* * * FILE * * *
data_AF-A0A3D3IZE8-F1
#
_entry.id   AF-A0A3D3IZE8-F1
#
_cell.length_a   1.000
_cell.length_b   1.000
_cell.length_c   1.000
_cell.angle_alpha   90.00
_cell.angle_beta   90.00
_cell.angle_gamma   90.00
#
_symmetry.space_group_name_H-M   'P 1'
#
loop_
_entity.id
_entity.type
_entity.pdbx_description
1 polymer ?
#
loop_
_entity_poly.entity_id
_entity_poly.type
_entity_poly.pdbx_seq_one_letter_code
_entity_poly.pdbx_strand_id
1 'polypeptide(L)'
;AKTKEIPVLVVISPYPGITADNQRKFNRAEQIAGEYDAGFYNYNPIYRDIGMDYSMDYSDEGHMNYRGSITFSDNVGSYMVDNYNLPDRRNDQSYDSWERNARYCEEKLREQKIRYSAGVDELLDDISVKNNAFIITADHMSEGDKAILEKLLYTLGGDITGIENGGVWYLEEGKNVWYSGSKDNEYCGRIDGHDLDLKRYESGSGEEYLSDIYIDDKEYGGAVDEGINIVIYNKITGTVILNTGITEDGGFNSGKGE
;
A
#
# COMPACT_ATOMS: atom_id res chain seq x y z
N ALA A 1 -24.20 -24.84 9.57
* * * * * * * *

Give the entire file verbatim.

data_AF-A0A3D3IZE8-F1
#
_entry.id   AF-A0A3D3IZE8-F1
#
_cell.length_a   1.000
_cell.length_b   1.000
_cell.length_c   1.000
_cell.angle_alpha   90.00
_cell.angle_beta   90.00
_cell.angle_gamma   90.00
#
_symmetry.space_group_name_H-M   'P 1'
#
loop_
_entity.id
_entity.type
_entity.pdbx_description
1 polymer ?
#
loop_
_entity_poly.entity_id
_entity_poly.type
_entity_poly.pdbx_seq_one_letter_code
_entity_poly.pdbx_strand_id
1 'polypeptide(L)'
;AKTKEIPVLVVISPYPGITADNQRKFNRAEQIAGEYDAGFYNYNPIYRDIGMDYSMDYSDEGHMNYRGSITFSDNVGSYMVDNYNLPDRRNDQSYDSWERNARYCEEKLREQKIRYSAGVDELLDDISVKNNAFIITADHMSEGDKAILEKLLYTLGGDITGIENGGVWYLEEGKNVWYSGSKDNEYCGRIDGHDLDLKRYESGSGEEYLSDIYIDDKEYGGAVDEGINIVIYNKITGTVILNTGITEDGGFNSGKGE
;
A
#
# COMPACT_ATOMS: atom_id res chain seq x y z
N ALA A 1 -24.20 -24.84 9.57